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A free, comprehensive, peer-reviewed, award-winning Open Text for students and faculty in college-level courses that require writing and research.

How to use Writing Commons?

Welcome to Writing Commons, the open-education home for writers. Writing Commons helps students improve their writing, critical thinking, and information literacy. Founded in 2008 by Joseph M. Moxley, Writing Commons is a viable alternative to expensive writing textbooks. Faculty may assign Writing Commons for their compositionbusiness, STEM/Technical Writing, and creative writing courses. 

Writing Commons houses seven main sections: Information Literacy | Research Methods & Methodologies | Writing Processes | Collaboration | Genres | New Media | Style 

The two best ways to navigate through Writing Commons are using the top menu navigation, called Open Text, or the left-hand navigation menu system.  

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Top Trending Webtexts

An Interview with Stephanie Vanderslice

An Interview with Stephanie Vanderslice was conducted by Tamara Girardi

Stephanie Vanderslice photoStephanie Vanderslice's most recent book is Rethinking Creative Writing. With Dr. Kelly Ritter, she has also published Teaching Creative Writing to Undergraduates and Can It Really Be Taught: Rethinking Lore in Creative Writing Pedagogy.  She publishes fiction, nonfiction and creative criticism and her work is represented by Pen and Ink Literary.  Professor of Creative Writing and Director of the Arkansas Writer's MFA Workshop at the University of Central Arkansas, her column, The Geek's Guide to the Writing Life appears regularly in the Huffington Post. In 2012 Dr. Vanderslice was named Carnegie Foundation/Case Association for the Support of Education US Professor of the Year for the state of Arkansas.

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The Art of the Pick-Up: Wooing Your Future Employer in the Cover Letter

The Art of the Pick-Up: Wooing Your Future Employer in the Cover Letter was written by Erin Trauth

On Wooing Your Audience (Or Not)

Imagine for a moment that you’re in the market for a new significant other. Well, good news: your friend, Imma MutualFriend, claims that she knows your perfect match and tells you all about this person. From what you’re told about this match, you’re interested too. Imma promises to connect you two soon.

Flash forward, and the time comes for you to meet this supposed match. At a party, Imma points you in their direction. With the goal of wooing this person with all of your wonderful qualifications, you approach your match.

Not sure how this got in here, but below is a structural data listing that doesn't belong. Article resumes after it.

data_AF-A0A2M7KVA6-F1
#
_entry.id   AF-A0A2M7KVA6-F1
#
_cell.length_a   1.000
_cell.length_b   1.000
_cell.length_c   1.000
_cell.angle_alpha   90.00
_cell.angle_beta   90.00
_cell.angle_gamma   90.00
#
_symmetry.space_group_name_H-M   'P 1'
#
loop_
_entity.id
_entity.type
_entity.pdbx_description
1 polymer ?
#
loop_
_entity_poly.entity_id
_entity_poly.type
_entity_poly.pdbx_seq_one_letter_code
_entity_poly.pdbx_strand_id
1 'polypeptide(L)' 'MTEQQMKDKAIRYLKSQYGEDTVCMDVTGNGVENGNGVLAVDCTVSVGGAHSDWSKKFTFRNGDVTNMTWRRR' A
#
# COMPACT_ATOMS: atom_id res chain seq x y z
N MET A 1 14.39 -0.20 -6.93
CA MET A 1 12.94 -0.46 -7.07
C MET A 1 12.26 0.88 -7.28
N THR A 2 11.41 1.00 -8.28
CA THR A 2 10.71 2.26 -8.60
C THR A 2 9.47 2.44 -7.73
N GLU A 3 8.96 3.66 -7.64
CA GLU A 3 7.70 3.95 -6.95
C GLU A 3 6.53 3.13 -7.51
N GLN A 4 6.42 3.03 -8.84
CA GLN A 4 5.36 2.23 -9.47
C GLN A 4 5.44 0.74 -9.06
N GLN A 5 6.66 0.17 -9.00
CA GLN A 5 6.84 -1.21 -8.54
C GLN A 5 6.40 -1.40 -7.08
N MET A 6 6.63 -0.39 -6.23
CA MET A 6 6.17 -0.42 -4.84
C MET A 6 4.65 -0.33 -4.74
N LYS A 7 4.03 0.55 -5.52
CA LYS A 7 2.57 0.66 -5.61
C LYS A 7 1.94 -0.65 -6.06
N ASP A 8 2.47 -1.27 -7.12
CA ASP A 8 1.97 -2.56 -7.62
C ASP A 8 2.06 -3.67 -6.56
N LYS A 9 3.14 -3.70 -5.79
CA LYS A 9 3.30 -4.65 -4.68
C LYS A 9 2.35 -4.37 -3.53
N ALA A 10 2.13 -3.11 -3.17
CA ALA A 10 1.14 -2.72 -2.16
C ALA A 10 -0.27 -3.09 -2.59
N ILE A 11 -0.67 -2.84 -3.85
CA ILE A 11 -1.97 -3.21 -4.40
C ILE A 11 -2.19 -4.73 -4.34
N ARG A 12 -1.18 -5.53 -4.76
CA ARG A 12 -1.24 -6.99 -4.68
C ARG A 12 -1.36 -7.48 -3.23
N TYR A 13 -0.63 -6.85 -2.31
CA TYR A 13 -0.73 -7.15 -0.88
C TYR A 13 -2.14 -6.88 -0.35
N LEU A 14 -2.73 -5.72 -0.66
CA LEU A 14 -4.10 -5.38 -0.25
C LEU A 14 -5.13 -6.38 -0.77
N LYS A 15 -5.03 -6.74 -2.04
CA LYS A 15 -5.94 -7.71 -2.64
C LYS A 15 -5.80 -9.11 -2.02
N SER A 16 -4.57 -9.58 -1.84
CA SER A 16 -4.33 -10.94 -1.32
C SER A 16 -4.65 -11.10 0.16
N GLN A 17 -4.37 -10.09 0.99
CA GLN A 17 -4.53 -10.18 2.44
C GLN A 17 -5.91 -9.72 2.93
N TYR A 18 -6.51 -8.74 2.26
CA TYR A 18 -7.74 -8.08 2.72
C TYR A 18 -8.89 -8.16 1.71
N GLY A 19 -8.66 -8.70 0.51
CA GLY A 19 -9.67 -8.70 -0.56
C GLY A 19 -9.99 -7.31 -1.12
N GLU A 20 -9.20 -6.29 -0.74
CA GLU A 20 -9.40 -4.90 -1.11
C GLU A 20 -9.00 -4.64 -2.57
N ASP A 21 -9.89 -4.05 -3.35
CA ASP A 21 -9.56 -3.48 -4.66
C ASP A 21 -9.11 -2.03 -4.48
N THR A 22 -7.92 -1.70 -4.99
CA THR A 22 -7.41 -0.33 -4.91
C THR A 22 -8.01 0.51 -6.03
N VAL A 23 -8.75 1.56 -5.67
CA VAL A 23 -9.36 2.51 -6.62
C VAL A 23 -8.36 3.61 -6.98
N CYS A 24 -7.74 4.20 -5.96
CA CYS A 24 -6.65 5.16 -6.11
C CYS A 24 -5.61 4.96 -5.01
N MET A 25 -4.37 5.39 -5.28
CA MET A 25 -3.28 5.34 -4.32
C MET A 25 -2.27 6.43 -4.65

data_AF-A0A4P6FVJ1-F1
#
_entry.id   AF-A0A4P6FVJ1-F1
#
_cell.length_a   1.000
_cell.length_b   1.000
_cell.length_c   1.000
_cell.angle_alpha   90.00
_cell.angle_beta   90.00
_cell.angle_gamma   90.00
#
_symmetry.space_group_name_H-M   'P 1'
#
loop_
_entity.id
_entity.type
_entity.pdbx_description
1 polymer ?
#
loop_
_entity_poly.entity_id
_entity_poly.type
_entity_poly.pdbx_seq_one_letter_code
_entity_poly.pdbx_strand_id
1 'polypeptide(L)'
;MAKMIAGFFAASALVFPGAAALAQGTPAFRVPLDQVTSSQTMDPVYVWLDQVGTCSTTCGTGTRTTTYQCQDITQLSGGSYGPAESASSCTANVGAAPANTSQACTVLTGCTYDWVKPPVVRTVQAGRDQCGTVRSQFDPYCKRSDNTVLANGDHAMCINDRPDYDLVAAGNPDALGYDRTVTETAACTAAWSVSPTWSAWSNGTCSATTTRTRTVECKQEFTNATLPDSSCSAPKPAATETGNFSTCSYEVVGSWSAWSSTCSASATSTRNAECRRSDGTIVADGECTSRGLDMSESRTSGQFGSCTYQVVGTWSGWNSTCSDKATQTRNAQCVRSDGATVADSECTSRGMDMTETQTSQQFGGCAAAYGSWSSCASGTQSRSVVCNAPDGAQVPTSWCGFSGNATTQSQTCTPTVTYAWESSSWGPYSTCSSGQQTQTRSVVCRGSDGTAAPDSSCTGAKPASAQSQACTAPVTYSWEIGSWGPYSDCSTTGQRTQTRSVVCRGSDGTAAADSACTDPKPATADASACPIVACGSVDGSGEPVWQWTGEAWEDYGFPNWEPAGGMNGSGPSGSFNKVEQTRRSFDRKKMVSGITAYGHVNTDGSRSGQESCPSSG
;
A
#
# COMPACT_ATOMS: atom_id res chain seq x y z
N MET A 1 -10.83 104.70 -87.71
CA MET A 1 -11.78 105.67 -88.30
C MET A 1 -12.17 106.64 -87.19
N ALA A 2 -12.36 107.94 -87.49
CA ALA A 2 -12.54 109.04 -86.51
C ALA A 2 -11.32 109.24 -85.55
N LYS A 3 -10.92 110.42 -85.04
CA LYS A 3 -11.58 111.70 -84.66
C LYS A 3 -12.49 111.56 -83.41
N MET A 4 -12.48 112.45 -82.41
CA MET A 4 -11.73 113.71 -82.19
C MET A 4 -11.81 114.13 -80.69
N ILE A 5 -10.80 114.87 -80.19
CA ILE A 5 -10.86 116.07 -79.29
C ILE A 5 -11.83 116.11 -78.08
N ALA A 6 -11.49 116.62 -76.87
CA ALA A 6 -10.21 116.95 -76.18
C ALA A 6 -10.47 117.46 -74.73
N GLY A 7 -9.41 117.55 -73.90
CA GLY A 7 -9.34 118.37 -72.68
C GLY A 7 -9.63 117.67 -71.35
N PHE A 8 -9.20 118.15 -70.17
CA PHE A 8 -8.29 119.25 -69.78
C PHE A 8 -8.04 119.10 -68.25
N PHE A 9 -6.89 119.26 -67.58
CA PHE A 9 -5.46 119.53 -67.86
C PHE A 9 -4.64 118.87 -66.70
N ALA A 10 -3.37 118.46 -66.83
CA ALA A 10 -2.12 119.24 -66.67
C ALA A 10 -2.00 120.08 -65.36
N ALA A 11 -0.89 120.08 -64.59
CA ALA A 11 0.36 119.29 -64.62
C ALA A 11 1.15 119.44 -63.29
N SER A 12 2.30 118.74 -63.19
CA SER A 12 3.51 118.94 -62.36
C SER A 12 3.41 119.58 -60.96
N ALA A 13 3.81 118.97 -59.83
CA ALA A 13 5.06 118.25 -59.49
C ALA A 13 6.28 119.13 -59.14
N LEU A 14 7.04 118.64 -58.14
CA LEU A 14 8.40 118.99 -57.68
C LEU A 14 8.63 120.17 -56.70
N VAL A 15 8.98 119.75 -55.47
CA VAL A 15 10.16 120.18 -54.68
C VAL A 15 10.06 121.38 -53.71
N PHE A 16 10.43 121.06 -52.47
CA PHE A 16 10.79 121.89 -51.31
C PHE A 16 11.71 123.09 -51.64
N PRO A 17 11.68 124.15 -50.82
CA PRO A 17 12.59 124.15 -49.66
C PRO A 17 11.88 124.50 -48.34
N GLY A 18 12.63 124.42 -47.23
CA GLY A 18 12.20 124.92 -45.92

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Digital Footprints: Public Writing and Social Identities

Digital Footprints: Public Writing and Social Identities was written by Cassandra Branham and Danielle Farrar

 

Mark Zuckerberg claimed in a 2010 interview that we all only have “one identity” (as cited in Mainwaring, 2010). But as we have witnessed social networking sites (SNSs) set up shop across vastly different communities for vastly different purposes, it has become clear that Zuckerberg cannot be right. While there may be similarities found in an individual’s Facebook, LinkedIn, and Ravelry profiles, the differing target audiences, interfaces, and SNS purposes make it easy for an individual to create and express a plurality of social identities.

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Establishing Your Professional Self: Résumé Writing

Establishing Your Professional Self: Résumé Writing was written by Cassandra Branham and Megan McIntyre

Compiling a résumé can feel like a daunting task. Just like essay writing, résumé creation works well as a process. Before worrying about the format of the résumé and where to place everything in a document, consider beginning by compiling an informal list of past and present work experience and education. Once you have a first draft, look at résumés in the field you are applying to, since every field has different standards and preferences. Remember: there are no one-size-fits all résumés. The key to constructing a polished résumé is tailoring your experience to the job to which you’re applying.

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Photos on this page courtesy of University of Pennsylvania, University Communications.

Plugs Play Pedagogy Blog

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Kyle Stedman is assistant professor of English at Rockford University, where he teaches first-year composition, digital rhetoric, and creative writing. He studies rhetorics of sound, intellectual property, and fan studies. On QuizUp, his highest scores are in Lost (the TV show)..."

Episode 9: Podcasting with Students
Plugs, Play, Pedagogy Podcast
stream below // download the mp3 // subscribe on iTunes, Stitcher, or Podigee Part 1: Podcasting Social Justice First, I interview Faith Kurtyka (@fmkurtyka) from Creighton University about a recent podcasting assignment she gave to students in the Cortina Community, a living-learning community at her school. We then hear an excerpt from one of the projects her students conducted: “The American System and Pay Inequality” by Vincent Salazar and Kaylee Stankus. You can hear their full episode and learn about all...
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